Itâ€™s Tuesday News Day and these are this weeks hot topics concerning the real estate market, the financial market, general market conditions, and interest rates.San Francisco ChronicleÂ â€“ Principal relief for stressed homeowners
A limited number of underwater homeowners in California will soon be able to get principal reductions of up to $100,000 apiece on Fannie Mae and Freddie Mac loans through the federally funded Keep Your Home California program.
Making sense of the story
- Although the federal agency that oversees Fannie and Freddie had previously refused to allow permanent principal reduction on loans they own or guarantee, in mid-September, the Federal Housing Finance Agency told servicers they could immediately begin accepting money for principal reductions from programs financed by the U.S. Treasuryâ€™s Hardest Hit Fund, including Keep Your Home California.
- The California Housing Finance Agency set up four programs under the Keep Your Home name to distribute Californiaâ€™s Share of the funds â€” $1.9 billion. It allocated $772 million to principal reduction â€“ enough to help an estimated 9,000 borrowers.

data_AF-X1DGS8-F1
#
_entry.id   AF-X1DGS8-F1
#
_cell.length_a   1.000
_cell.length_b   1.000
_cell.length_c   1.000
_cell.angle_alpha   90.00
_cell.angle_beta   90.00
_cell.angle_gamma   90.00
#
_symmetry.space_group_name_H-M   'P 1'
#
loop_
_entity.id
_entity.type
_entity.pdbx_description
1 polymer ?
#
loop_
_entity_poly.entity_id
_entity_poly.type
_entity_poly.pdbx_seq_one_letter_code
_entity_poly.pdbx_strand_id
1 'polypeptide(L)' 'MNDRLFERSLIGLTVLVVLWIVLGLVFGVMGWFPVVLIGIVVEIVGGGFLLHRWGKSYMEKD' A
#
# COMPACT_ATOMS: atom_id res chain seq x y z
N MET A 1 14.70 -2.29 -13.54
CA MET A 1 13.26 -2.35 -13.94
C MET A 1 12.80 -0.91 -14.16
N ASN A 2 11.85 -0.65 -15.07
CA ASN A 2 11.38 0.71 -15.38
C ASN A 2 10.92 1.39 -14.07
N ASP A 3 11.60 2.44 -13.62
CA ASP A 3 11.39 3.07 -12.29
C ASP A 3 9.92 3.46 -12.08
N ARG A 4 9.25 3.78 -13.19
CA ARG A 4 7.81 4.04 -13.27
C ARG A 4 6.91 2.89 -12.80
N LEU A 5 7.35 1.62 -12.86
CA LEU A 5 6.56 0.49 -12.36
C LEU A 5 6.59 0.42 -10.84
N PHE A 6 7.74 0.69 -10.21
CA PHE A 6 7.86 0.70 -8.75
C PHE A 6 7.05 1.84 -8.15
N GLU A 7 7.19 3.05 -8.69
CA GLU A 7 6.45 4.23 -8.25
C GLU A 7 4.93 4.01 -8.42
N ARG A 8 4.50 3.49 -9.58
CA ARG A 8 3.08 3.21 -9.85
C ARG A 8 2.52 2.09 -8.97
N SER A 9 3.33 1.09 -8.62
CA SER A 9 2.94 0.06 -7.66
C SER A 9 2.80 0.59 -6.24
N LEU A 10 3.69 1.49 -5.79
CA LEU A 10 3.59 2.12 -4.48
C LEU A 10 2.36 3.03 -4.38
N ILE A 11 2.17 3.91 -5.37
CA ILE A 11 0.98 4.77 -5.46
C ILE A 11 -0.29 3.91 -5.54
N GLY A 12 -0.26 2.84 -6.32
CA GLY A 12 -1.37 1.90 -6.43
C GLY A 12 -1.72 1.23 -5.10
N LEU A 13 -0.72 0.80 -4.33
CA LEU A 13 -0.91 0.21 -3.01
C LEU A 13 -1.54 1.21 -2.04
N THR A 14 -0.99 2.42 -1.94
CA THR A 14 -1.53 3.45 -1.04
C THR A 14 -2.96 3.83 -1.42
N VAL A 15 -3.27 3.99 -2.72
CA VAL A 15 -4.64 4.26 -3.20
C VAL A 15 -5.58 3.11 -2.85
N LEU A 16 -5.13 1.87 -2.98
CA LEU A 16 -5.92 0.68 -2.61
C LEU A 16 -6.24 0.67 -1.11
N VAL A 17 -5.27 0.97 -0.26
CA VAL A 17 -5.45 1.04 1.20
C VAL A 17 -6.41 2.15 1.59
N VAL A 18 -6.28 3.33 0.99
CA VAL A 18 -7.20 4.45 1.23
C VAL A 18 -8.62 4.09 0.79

- To qualify for the principal reduction in California, homeowners must live in the home, owe more than it is worth, be of low-to-moderate income, and be delinquent or have some hardship that puts them in imminent risk of default.
- The balance on the first mortgage cannot exceed $729,750. Other rules apply, but there is no asset limitation. The maximum reduction is $100,000 per homeowner.
- For more information on the Keep Your Home programs, visit http://keepyourhomecalifornia.org/.
Read the full story atÂ SF Gate
CNNMoneyÂ â€“ Home prices rise for fifth month in a row
The housing market picked up more momentum in August, as the average home price for 20 major cities jump 0.9 percent, according to the S&P/Case-Shiller home price index. Read the full story atÂ CNN Money
Mercury NewsÂ â€“ Foreclosure victims buying homes again
Fannie Mae and Freddie Mac make people wait seven years after a foreclosure to approve a new home loan, but the Federal Housing Administration will approve loans after three years, providing the buyer has established good credit and the ability to pay the mortgage. Read the full story atÂ